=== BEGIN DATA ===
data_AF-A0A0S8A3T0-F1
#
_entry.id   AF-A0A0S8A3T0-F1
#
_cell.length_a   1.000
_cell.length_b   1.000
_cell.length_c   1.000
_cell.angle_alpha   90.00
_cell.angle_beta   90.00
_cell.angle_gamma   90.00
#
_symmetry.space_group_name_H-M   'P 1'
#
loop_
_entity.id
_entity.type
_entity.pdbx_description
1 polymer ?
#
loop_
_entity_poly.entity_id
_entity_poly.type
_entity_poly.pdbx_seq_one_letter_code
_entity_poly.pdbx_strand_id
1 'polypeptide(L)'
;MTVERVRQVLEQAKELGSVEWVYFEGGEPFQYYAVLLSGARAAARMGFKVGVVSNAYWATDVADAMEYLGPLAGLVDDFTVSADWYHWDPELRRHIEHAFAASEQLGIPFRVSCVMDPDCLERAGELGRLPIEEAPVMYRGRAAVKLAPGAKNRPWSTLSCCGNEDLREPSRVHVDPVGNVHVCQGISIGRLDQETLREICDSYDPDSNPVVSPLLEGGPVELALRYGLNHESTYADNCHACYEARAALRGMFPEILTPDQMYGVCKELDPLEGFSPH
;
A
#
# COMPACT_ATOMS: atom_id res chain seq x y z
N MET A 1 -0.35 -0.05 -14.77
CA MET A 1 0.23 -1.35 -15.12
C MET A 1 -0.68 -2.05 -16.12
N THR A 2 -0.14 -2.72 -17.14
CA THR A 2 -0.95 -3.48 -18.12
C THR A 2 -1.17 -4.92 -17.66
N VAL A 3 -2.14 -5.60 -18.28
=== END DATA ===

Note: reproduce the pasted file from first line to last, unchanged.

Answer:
data_AF-A0A0S8A3T0-F1
#
_entry.id   AF-A0A0S8A3T0-F1
#
_cell.length_a   1.000
_cell.length_b   1.000
_cell.length_c   1.000
_cell.angle_alpha   90.00
_cell.angle_beta   90.00
_cell.angle_gamma   90.00
#
_symmetry.space_group_name_H-M   'P 1'
#
loop_
_entity.id
_entity.type
_entity.pdbx_description
1 polymer ?
#
loop_
_entity_poly.entity_id
_entity_poly.type
_entity_poly.pdbx_seq_one_letter_code
_entity_poly.pdbx_strand_id
1 'polypeptide(L)'
;MTVERVRQVLEQAKELGSVEWVYFEGGEPFQYYAVLLSGARAAARMGFKVGVVSNAYWATDVADAMEYLGPLAGLVDDFTVSADWYHWDPELRRHIEHAFAASEQLGIPFRVSCVMDPDCLERAGELGRLPIEEAPVMYRGRAAVKLAPGAKNRPWSTLSCCGNEDLREPSRVHVDPVGNVHVCQGISIGRLDQETLREICDSYDPDSNPVVSPLLEGGPVELALRYGLNHESTYADNCHACYEARAALRGMFPEILTPDQMYGVCKELDPLEGFSPH
;
A
#
# COMPACT_ATOMS: atom_id res chain seq x y z
N MET A 1 -0.35 -0.05 -14.77
CA MET A 1 0.23 -1.35 -15.12
C MET A 1 -0.68 -2.05 -16.12
N THR A 2 -0.14 -2.72 -17.14
CA THR A 2 -0.95 -3.48 -18.12
C THR A 2 -1.17 -4.92 -17.66
N VAL A 3 -2.14 -5.60 -18.28